It’s hard to think the magnificent frigate is elusive, especially in the Florida Keys where every time you step out on a boat there’s a good chance you’ll see one.

Usually when you do, it is suspended a few hundred feet above the water, circling its 7-foot wingspan slightly in the shape of an M. He is up there for the view, watching. roughly acres of ocean surface at a time, looking for small fish or other birds that feed on small fish.

While magnificent frigates can be almost constant in the skies of the Florida Keys, they tend to keep their distance. At one point. you notice that they are rarely near you.

From my personal experience, there are two ways to get close to a magnificent frigate. The first is to inadvertently catch an undersized yellowtail flounder, then do the right thing and throw it away immediately. Most of the time, if the fish has the mind, it will dive a few feet and take its bearings, before living out the rest of its life as a mysterious, aquatic fish. But if the fish are a little dizzy, a little more tired from the process of being dragged from the hydrosphere where they live into the troposphere where we live, and then summarily thrown back, they could float near the surface for a minute. two, trying to reorient themselves.

And sometimes when that happens, somehow, in a clear blue sky – a sky that you had found completely empty moments before – a frigate will zoom in, pluck the amberjack and fly away with its bounty. before you have a chance to say, “Huh? What? Hey! ”(Magnificent frigates sometimes get caught in the fishing lines.)

The other, arguably more reliable, way to see a magnificent frigate is to take a trip to Dry Tortugas and sit on top of the fort, preferably on the windward side, where drafts pass through the water. , hit the two story brick wall and soar, creating the only updraft to be found for miles in any direction. There is a breeding colony of about 100 magnificent frigates just across the anchorage – the only breeding colony in the United States – so there is usually a small armada of them, floating there, sometimes drifting a little to the left, sometimes drifting a little to the right, always just out of range. There are few birds that can spend so much time in the air with so little effort.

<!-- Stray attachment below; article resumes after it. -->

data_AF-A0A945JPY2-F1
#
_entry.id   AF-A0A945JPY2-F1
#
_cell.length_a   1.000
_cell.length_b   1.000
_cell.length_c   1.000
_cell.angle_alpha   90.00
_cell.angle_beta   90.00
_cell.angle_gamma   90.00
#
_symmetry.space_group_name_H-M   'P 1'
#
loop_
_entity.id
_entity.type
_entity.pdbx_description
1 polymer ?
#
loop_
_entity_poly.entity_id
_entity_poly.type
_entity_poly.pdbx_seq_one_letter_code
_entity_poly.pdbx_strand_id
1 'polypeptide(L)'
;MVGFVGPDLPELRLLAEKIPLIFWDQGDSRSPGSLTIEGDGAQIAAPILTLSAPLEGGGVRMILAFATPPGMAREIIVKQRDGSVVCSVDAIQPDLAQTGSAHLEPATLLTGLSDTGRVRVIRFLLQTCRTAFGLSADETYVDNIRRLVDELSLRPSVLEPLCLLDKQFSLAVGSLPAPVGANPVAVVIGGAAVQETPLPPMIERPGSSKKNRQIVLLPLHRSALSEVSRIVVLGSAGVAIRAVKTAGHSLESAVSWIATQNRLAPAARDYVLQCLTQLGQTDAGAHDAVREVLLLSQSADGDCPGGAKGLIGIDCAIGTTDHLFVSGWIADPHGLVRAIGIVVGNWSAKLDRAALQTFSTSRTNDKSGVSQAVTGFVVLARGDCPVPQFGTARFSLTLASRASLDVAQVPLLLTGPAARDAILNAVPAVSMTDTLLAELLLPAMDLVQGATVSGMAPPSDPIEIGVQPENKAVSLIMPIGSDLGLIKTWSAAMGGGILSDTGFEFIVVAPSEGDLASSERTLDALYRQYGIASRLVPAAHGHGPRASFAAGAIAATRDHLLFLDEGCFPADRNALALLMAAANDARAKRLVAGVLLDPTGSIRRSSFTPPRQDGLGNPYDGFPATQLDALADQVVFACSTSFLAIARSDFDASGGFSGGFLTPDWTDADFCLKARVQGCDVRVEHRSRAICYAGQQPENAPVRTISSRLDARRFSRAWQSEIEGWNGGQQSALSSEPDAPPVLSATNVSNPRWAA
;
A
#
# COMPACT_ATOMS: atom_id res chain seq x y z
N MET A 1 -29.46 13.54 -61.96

A magnificent frigate weighs less than a pound, and it might seem, at first glance, that these are frail things assembled from hangers and old umbrella parts. But that would be belied by a few minutes spent watching them fly, seeing not only how subtly and effortlessly they can hold their place in the air, but also how quickly and skillfully they can pick up speed if they need to. hunt another bird.

The pursuit of other birds is crucial.

Magnificent frigates are flying puzzles. They are pelagic birds, which means that they spend most of their life at sea. (They come to land to breed, and sometimes you will see one sitting atop a channel marker or a mangrove.) But they can’t get wet. Their feathers are not waterproof. Too much contact with water and they will get stuck and drown.

This leaves them with two feeding strategies – either fly very low over the water and catch what they can with their four-and-a-half-inch beaks, or use what scientists call kleptoparasitism.

Kleptoparasitism is basically a fancy word for hacking. The frigates will chase another bird until they give up their lunch. This usually involves regurgitation, which looks coarse, but is slightly less coarse because the fish is usually regurgitated from the crop of the bullied bird, a pouch in the throat that is sort of the vestibule of the bullied bird. digestive tract.

Magnificent frigates are also one of the few species of seabirds that are sexually dimorphic, meaning you can identify the sexes at a glance. Juveniles all have white heads and breasts. Females have pale white breasts. Males are completely black except for a small patch of skin just below the lower part of their beak called the gulag sac, which is bright red and which they swell during the breeding season to the size of the males. ‘a little party balloon as a way to attack a mate.

About Lucille Thompson

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